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LUNG CANCER SURGERY - a patient's guide


Surgery can cure lung cancer in about half the number of patients who have the operation. This article outlines the best candidates for surgery and how it is performed

What is lung cancer?

Lung cancer is a very common condition and is highly related to cigarette smoking (it can also occur in non-smokers or passive smokers).

Lung cancer refers to a malignant growth in the lung itself. A malignant growth can begin in the lung (primary tumour) or it can represent spread to the lung from a cancer somewhere else in the body (secondary tumour). It is important to understand the difference between primary and secondary tumours as the treatment for each can differ significantly. Secondary tumours will not be discussed in this article.

Primary Lung Cancer is divided into two main types:

1. Small cell lung cancer

2. Non-small cell lung cancer e.g. large cell cancer, squamous cell cancer and adenocarcinoma of the lung are common varieties.

It is important for the doctor/specialist to find out which type of tumour is present as it will help decide what other treatment is appropriate.

Note: There are other many more rare tumours of the lung and the contents of this article do not apply to these.

How is cancer discovered?

These tumours can be discovered in a number of ways. Some are picked up as a result of a routine chest x-ray and many patients have no symptoms at all. Some patients have a persistent cough or cough blood as the first sign of the tumour. Pneumonia can occur behind a tumour that is blocking an airway. Chest pain is unusual unless the tumour has spread into the tissues outside the lung. Sometimes it is the secondary deposits of lung cancer in various parts of the body that bring the tumour to notice (e.g. spread to the brain or bone).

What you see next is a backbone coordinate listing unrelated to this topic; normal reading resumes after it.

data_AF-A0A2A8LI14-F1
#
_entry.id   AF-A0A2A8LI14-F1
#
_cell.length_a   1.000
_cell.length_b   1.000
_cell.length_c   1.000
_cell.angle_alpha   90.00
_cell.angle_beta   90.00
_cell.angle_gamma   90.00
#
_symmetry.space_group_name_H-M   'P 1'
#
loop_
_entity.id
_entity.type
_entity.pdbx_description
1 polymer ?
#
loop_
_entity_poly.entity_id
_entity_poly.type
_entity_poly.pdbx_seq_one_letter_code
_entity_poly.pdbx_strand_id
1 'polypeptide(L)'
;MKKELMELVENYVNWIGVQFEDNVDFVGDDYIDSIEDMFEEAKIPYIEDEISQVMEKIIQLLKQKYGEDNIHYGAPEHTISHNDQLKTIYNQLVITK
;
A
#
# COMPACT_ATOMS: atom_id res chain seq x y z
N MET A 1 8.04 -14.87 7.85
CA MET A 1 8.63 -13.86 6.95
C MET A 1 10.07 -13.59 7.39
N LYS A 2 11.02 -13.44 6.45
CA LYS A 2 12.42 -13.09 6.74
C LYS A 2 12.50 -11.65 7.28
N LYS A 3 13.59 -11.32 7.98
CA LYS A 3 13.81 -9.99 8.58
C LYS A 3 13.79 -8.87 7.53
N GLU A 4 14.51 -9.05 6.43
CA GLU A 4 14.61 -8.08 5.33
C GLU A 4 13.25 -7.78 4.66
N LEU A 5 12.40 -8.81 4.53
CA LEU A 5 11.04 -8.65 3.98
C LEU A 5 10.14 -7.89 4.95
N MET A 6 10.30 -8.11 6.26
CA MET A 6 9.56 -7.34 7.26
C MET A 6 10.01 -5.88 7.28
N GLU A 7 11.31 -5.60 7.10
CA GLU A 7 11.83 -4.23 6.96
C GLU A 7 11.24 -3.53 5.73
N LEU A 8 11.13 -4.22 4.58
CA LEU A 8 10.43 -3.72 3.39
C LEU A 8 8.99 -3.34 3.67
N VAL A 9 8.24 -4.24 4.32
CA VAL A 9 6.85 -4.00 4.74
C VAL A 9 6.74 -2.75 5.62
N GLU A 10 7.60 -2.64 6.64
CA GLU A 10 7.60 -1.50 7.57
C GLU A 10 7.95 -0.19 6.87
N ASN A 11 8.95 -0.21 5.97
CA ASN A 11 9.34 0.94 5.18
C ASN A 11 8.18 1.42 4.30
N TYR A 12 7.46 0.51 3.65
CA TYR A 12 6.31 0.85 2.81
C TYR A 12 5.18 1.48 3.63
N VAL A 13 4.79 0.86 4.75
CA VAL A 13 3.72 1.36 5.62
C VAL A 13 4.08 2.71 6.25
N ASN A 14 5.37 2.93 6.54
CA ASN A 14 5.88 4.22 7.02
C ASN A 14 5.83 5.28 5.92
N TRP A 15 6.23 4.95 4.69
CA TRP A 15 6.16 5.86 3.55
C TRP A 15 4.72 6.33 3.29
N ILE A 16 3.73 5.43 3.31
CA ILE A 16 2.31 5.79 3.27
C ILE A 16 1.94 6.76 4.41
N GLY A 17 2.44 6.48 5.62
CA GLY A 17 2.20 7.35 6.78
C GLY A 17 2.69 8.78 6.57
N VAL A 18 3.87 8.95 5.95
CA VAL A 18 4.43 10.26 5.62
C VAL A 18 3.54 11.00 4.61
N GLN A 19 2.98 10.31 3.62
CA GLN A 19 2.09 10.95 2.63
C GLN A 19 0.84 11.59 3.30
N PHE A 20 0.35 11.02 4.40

What investigations will be necessary?

A medical history, physical examination, chest x-ray and blood tests are the most common initial investigations.

If a tumour is seen or suspected then a CT scan is performed to assess the entire lungs and upper abdomen in much more detail than can be achieved with a routine chest x-ray. This is a painless test where the patient lies on a table while the x-ray machine scans the target areas.

If the tumour looks like it is in the major windpipes of the lung a bronchoscopy may be advised. This is where under sedation a fine tube (bronchoscope) is passed down into the windpipes and the tumour sampled (i.e. a biopsy). This tissue is looked at under the microscope to check for cancer cells.

If the tumour cannot be reached by a bronchoscope then often the patient will be sent for a fine needle aspiration test. This is when a needle is passed through the chest wall into the tumour and cells sampled. This will often give the diagnosis.

With these investigations complete the doctor/specialist is often in a position to decide the next most appropriate step.


Surgery is the only known reliable way of achieving a cure for lung cancer. Only about 15-25% of all patients that are diagnosed with lung cancer will be able to undergo surgery. The two main reasons why surgery is not appropriate for the majority are:

1. The lung cancer is of a type not responsive to surgery (if the tumour is a small cell lung cancer then surgery is of no benefit), or